Mr. Chairman, members of the committee:
There are two main issues that should be considered when assessing the prospects for increased export potential for American energy technology of all types.
First, what are the actual dynamics of the present market environment, and how will those market conditions change under a variety of policy regimes, such as "cap and trade" or other methods to enact a higher price band for carbon-based energy?
Second, what are some of the cross-cutting factors that will come to bear on how trade flows will unfold in the real world? The main two factors in this category are incipient trade protectionism or retaliation for policies such as carbon-content "border-adjustment" tariffs that are contemplated in Waxman-Markey, but also the status of intellectual property rights for energy technology innovations that American companies may bring to the marketplace over the next several decades.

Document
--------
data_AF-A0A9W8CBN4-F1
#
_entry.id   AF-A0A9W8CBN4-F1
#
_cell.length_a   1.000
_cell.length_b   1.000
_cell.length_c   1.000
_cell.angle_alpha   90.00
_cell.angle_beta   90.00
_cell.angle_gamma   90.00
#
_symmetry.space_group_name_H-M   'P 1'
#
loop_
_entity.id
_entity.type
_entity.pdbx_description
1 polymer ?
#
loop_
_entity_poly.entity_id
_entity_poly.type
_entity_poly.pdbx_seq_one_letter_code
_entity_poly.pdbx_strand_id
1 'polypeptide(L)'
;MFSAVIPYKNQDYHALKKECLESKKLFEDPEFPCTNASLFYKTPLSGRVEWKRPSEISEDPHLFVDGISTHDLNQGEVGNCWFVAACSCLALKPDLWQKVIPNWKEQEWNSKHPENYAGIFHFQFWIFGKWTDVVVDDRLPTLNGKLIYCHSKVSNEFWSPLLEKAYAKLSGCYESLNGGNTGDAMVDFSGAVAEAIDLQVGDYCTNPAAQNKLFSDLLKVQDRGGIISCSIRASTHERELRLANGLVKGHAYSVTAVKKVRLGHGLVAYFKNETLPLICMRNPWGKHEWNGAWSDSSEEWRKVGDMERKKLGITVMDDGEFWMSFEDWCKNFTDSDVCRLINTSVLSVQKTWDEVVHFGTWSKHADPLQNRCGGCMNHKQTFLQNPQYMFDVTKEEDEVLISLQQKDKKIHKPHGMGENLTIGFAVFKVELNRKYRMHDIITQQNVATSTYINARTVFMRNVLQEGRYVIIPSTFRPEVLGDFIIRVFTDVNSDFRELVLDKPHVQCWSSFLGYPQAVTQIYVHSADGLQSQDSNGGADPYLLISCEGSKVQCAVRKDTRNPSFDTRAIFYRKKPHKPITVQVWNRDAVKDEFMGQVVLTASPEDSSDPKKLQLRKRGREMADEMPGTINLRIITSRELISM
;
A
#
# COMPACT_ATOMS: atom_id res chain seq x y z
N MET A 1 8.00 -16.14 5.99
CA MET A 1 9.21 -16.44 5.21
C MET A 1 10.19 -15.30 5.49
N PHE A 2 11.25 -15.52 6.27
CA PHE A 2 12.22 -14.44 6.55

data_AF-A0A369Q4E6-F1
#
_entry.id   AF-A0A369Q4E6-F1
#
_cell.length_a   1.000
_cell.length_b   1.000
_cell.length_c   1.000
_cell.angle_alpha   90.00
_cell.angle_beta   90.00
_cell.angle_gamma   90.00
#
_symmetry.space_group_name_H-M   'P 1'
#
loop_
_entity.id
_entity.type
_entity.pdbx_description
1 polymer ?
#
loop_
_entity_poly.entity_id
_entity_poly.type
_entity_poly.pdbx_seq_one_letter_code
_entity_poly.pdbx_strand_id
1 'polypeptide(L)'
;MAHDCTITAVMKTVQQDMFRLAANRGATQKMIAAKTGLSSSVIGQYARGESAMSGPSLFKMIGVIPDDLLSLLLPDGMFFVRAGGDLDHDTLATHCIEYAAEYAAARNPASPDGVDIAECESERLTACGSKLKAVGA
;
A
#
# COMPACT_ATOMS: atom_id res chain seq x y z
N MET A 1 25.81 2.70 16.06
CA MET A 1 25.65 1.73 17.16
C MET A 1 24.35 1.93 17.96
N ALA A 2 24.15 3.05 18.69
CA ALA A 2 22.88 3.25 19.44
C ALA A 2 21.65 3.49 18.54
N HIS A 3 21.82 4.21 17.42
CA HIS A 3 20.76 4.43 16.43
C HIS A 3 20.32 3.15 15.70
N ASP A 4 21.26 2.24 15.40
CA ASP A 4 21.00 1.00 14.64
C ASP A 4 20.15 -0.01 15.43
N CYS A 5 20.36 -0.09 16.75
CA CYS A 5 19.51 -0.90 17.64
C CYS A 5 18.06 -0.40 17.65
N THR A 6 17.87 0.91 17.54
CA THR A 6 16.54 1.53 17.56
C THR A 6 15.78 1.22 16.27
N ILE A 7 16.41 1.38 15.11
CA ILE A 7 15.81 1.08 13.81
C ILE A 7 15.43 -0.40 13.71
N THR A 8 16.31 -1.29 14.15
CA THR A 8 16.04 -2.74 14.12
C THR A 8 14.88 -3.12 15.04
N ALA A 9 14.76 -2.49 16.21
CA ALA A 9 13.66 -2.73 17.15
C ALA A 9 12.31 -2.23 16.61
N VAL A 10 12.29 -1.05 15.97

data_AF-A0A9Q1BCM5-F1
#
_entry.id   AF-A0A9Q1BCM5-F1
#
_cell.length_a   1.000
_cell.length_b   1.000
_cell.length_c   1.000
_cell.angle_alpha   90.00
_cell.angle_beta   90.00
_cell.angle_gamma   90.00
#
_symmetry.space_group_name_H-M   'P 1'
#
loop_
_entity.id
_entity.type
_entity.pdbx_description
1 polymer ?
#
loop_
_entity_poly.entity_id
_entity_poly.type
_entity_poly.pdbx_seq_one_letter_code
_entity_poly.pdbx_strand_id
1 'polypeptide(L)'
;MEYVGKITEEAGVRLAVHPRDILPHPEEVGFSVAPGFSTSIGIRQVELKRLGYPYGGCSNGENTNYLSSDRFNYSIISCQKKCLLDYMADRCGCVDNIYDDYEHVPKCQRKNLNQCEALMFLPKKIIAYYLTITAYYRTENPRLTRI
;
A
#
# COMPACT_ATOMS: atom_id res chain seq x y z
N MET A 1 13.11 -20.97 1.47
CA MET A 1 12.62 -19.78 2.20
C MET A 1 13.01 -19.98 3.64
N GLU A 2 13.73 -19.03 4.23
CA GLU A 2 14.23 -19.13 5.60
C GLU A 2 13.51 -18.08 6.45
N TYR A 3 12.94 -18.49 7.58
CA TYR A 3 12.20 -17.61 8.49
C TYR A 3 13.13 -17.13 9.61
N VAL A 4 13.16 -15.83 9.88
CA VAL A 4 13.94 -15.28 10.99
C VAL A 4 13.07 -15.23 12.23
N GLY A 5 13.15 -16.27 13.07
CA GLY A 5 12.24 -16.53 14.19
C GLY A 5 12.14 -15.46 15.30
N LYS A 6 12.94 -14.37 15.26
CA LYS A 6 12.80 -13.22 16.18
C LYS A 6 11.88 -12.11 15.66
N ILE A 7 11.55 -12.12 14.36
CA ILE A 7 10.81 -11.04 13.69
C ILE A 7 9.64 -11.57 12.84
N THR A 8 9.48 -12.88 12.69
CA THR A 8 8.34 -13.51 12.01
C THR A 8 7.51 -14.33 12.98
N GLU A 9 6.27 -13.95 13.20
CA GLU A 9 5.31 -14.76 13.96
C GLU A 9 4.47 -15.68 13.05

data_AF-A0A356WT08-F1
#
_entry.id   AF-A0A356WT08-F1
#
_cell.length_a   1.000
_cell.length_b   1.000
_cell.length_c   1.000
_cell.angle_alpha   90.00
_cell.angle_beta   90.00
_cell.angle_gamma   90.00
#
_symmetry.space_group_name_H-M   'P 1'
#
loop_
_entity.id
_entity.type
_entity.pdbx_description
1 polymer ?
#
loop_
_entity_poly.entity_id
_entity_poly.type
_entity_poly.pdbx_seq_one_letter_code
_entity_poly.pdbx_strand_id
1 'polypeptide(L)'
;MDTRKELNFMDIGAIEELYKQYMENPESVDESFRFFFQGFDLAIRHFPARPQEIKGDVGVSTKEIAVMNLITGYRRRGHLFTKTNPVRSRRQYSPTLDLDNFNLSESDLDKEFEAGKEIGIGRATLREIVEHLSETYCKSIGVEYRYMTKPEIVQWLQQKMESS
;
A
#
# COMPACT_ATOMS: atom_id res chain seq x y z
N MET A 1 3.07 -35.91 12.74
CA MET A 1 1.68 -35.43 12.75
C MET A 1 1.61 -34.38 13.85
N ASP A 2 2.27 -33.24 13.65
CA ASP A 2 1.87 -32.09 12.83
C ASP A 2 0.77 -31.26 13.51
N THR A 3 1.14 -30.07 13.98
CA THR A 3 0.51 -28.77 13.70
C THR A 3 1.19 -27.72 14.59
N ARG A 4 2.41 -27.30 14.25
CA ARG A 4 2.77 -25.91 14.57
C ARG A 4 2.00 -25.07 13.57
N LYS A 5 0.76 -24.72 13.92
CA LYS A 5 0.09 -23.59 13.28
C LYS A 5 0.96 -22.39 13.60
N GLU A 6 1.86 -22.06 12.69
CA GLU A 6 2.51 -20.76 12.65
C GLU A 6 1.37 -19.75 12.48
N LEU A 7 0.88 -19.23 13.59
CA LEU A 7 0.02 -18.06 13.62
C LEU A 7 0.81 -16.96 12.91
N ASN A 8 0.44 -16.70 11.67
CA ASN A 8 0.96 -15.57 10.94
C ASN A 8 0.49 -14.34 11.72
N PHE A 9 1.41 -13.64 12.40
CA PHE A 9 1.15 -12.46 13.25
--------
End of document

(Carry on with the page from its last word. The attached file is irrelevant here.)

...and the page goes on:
Above all, policymakers should regard with skepticism claims of net new jobs in the energy sector that depend on subsidies or mandates. Ironically there is an economic term for such policies: unsustainable. Congress should resist schemes in which business profits are more dependent on the political marketplace in Washington rather than the competitive marketplace outside Washington. Most genuine energy efficiency improvements--jet aircraft engines come to mind as an excellent example--are sufficiently market-driven that they need neither subsidies nor mandates.
Steven F. Hayward is the F. K. Weyerhaeuser Fellow at AEI.